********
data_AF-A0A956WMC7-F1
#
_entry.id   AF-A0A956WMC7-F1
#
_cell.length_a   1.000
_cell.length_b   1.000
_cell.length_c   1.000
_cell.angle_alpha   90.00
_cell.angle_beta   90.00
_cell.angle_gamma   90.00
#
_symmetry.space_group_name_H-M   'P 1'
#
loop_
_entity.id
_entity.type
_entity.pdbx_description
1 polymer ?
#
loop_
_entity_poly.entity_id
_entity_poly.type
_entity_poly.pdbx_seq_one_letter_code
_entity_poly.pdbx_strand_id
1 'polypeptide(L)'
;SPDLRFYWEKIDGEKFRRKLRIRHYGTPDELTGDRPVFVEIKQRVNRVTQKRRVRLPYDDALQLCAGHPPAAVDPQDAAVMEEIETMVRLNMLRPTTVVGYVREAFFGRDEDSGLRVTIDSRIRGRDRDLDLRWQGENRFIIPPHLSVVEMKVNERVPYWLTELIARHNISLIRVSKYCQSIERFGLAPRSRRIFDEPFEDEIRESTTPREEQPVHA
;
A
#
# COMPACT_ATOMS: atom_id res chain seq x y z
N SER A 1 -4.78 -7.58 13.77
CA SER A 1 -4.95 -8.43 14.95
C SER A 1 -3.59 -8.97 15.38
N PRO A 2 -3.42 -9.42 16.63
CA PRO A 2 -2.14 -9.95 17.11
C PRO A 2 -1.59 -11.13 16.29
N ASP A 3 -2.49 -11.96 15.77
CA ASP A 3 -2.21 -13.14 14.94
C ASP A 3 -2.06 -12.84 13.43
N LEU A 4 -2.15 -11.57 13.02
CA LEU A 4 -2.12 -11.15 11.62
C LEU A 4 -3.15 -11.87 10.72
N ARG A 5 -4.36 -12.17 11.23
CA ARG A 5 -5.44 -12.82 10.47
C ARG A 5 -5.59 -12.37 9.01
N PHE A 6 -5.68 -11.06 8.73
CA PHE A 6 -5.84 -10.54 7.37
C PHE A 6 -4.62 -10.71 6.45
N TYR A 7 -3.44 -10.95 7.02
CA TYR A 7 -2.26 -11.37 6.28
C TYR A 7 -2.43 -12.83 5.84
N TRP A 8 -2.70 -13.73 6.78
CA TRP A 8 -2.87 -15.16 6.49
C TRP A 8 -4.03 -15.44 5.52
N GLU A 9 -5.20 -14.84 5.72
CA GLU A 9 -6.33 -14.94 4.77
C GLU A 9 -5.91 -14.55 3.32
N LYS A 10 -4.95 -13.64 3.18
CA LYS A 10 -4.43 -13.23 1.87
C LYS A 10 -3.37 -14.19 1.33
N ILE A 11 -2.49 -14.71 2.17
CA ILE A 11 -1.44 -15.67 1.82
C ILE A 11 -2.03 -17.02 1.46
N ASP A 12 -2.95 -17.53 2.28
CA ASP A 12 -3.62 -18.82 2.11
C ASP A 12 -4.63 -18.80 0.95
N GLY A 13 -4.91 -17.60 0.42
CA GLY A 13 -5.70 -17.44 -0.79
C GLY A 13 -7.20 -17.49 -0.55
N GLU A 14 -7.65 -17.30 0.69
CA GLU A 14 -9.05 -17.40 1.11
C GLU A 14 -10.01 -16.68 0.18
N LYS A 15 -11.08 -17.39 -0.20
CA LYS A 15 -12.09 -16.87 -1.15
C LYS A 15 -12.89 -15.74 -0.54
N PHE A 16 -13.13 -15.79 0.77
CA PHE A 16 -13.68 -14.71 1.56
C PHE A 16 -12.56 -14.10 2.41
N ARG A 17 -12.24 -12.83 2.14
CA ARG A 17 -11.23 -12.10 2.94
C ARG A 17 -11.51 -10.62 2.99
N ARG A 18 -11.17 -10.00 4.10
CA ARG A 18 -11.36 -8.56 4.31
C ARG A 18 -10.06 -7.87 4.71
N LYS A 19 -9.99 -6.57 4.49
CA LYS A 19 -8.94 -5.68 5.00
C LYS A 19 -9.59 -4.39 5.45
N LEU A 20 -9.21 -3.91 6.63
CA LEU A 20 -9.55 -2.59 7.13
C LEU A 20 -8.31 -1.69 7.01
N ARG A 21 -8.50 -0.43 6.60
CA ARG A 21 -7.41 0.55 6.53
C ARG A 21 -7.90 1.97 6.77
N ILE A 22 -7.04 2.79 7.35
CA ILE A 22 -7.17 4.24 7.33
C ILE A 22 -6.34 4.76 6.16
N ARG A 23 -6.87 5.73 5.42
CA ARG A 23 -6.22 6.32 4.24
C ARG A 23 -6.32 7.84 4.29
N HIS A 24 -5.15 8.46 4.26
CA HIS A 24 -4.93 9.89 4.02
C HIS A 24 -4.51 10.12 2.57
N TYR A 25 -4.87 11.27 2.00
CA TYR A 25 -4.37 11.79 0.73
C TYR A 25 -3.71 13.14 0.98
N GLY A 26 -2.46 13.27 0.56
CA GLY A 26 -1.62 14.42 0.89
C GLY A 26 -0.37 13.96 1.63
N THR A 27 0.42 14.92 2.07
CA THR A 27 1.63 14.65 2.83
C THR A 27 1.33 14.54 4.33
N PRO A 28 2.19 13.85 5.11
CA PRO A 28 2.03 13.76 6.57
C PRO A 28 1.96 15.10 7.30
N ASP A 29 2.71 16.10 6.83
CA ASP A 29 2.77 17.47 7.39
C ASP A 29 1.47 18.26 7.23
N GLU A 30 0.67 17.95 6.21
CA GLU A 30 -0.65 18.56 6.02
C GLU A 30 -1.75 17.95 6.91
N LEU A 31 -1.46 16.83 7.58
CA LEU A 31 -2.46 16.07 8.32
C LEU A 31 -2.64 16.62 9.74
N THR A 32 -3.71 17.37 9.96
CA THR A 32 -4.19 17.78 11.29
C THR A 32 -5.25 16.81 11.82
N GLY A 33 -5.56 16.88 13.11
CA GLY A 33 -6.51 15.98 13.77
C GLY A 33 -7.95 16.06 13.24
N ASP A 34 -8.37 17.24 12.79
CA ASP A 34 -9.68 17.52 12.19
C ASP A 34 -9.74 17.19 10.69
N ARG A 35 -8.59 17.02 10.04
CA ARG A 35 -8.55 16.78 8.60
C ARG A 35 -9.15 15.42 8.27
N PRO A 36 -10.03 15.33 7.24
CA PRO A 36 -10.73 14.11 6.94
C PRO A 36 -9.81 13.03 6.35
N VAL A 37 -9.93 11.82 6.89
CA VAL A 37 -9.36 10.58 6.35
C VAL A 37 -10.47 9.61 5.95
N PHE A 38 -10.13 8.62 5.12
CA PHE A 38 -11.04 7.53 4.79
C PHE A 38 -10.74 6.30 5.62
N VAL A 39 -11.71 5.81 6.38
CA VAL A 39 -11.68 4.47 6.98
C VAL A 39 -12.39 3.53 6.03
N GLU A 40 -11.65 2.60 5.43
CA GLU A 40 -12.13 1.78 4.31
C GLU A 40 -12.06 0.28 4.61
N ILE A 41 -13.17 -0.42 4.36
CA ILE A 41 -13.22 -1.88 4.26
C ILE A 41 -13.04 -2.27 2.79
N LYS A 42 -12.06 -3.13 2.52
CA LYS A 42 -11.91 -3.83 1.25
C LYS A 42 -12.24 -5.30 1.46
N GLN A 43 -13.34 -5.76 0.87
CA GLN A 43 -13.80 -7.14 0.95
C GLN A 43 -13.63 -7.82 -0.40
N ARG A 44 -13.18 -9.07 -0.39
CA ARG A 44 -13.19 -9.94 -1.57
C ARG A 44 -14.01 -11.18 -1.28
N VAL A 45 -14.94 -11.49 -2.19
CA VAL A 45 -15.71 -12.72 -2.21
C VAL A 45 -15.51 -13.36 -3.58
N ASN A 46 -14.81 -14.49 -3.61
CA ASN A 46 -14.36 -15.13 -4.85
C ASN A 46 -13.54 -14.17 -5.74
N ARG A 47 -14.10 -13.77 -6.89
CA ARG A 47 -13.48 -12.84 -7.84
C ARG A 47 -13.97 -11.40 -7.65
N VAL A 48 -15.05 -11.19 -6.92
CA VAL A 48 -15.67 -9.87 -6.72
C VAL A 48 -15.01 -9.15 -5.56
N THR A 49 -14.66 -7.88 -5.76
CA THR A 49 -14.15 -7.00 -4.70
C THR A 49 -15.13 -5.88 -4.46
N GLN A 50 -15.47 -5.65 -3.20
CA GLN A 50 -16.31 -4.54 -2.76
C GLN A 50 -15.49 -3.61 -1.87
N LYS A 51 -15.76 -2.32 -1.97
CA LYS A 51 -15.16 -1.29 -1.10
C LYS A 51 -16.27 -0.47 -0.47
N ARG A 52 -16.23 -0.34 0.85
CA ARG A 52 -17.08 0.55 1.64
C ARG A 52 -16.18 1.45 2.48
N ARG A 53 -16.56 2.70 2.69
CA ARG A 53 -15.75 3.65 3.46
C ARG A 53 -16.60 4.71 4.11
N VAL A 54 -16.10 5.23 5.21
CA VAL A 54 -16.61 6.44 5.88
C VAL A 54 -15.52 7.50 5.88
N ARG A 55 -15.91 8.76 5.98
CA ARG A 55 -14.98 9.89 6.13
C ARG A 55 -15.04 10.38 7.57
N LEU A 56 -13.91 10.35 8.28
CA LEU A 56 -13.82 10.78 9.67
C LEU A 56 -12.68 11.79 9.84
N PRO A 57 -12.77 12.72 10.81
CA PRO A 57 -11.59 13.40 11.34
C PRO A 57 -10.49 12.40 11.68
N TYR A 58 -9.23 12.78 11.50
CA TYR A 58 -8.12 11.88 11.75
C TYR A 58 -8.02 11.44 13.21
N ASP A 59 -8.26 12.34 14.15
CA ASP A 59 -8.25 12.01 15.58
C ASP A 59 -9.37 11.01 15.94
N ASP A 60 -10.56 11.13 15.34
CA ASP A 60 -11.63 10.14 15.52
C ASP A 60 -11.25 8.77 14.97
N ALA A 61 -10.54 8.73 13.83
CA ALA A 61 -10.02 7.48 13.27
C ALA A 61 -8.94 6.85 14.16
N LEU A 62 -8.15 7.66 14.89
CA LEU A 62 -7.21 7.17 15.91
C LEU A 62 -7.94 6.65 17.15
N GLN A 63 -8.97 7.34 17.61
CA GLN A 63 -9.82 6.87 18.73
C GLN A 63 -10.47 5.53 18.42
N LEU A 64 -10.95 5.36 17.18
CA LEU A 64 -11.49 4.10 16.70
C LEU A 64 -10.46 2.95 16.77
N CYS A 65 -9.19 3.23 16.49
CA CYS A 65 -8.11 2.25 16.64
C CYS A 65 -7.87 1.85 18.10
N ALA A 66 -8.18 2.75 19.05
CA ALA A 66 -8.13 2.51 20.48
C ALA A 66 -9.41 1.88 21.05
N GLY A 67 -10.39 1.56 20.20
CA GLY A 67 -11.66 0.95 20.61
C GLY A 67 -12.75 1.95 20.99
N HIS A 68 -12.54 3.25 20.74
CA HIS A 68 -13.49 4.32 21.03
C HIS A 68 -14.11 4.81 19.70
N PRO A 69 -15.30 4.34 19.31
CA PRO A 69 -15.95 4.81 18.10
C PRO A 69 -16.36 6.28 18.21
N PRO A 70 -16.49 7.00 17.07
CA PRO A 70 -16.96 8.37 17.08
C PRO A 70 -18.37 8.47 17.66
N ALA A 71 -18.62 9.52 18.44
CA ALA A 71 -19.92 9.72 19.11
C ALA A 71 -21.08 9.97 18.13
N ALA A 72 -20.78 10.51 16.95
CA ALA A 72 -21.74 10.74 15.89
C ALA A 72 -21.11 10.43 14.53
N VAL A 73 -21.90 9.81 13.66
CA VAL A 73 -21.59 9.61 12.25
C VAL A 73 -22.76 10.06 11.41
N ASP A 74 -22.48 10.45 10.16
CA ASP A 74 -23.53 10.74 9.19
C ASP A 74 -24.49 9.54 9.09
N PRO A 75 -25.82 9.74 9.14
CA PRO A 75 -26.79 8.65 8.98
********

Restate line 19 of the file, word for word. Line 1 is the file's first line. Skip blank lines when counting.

#